Christopher Reynolds, an American flying with the R.A.F, is shot down over German-occupied Holland and is given shelter by a Dutch family. Posing as the insane husband of the daughter of ...
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Christopher Reynolds, an American flying with the R.A.F, is shot down over German-occupied Holland and is given shelter by a Dutch family. Posing as the insane husband of the daughter of the house, Anita Wolverman, Reynolds convinces the German officer quartered there, Major Zellfritz, with the necessity for her divorce decree to be granted. After the court-hearing, Anita, goes to manage a home for retired ladies and, persuaded by Reynolds, tries to gain military information from the German Officer. When her former husband escapes from the insane-asylum his exploits are blamed on Reynolds. With the help of the old ladies and Anita, who "remarries" him, Reynolds escapes to England in a stolen German airplane.Written by
Les Adams <email@example.com>
According to the On The Sets With Reed Johnson Hollywood column, the working title for the film was "Highly Irregular." (San Bernardino Daily Sun, San Bernardino, California, Sunday 8 February 1942, Volume 48, page 16.) See more »
Franchot Tone plays an RAF flyer pretending to be a Dutch man in occupied Holland by speaking in his normal voice. Co-star Joan Bennett as a Dutch woman also speaks normally. That's because they're the co-stars in this war/spy comedy during the Second World War. Allyn Joslyn puts on a heavy German accent and speak with a growl over his normal tenor, but he's a Nazi.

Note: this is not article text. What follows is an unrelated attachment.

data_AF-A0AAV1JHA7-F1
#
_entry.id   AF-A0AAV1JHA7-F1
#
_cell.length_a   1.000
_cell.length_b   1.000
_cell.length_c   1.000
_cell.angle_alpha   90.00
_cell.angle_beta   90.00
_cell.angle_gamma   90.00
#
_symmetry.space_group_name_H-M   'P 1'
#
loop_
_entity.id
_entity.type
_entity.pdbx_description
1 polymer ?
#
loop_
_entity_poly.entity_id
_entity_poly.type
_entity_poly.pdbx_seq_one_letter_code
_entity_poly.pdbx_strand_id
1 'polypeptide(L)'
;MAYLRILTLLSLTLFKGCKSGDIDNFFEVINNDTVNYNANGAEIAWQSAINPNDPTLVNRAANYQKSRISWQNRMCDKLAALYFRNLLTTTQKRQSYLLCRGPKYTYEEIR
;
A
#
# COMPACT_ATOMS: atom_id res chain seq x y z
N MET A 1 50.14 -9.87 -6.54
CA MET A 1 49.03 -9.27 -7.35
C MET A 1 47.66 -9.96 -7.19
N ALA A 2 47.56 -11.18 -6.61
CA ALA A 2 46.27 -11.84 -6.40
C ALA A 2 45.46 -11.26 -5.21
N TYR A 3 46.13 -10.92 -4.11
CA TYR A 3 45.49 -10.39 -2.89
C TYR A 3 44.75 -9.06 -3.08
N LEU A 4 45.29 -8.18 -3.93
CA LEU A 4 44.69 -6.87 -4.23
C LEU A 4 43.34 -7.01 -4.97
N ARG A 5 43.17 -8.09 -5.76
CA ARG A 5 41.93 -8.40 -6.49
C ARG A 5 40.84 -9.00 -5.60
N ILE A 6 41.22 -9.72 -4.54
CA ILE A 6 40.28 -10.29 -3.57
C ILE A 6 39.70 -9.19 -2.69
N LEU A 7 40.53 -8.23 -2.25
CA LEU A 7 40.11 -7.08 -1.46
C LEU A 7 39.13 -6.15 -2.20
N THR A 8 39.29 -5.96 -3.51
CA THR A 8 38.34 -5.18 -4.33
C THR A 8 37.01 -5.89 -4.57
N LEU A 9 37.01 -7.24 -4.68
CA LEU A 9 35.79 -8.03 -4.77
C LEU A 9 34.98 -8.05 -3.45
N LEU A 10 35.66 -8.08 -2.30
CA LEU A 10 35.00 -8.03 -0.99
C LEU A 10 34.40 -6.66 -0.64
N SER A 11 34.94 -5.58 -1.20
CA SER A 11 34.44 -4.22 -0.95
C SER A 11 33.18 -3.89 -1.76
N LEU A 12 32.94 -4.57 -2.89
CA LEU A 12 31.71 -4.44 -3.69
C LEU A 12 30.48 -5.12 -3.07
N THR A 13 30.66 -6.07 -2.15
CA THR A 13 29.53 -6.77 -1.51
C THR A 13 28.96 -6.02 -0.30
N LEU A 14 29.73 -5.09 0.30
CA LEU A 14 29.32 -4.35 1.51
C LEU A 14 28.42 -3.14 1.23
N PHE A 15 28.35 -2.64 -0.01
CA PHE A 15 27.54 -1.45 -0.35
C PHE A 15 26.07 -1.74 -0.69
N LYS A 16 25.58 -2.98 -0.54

Tone has been parachuted in for his mission. He is sheltered by Bennett's family, and is masquerading as her husband, whose divorce from Bennett takes place during the course of the movie; everyone in Holland, you see, hates the German occupation and helps him. Joslyn has a yen for Bennett -- quite natural -- and bullies her in what is supposed to be a funny/stupid manner.
It's the funny/stupid that makes me think this a poor comedy. The humor is the sort one applies to the butt of a joke one hates. It's appropriate for a propaganda comedy during war time, but it doesn't outlast the situation.
There are some good performances in here, particularly by Cecil Cunningham as the calm aristocrat in charge of an old ladies' home. Her performance is made better by the hysteria that infuses the rest of the picture, but it's too little and too late.
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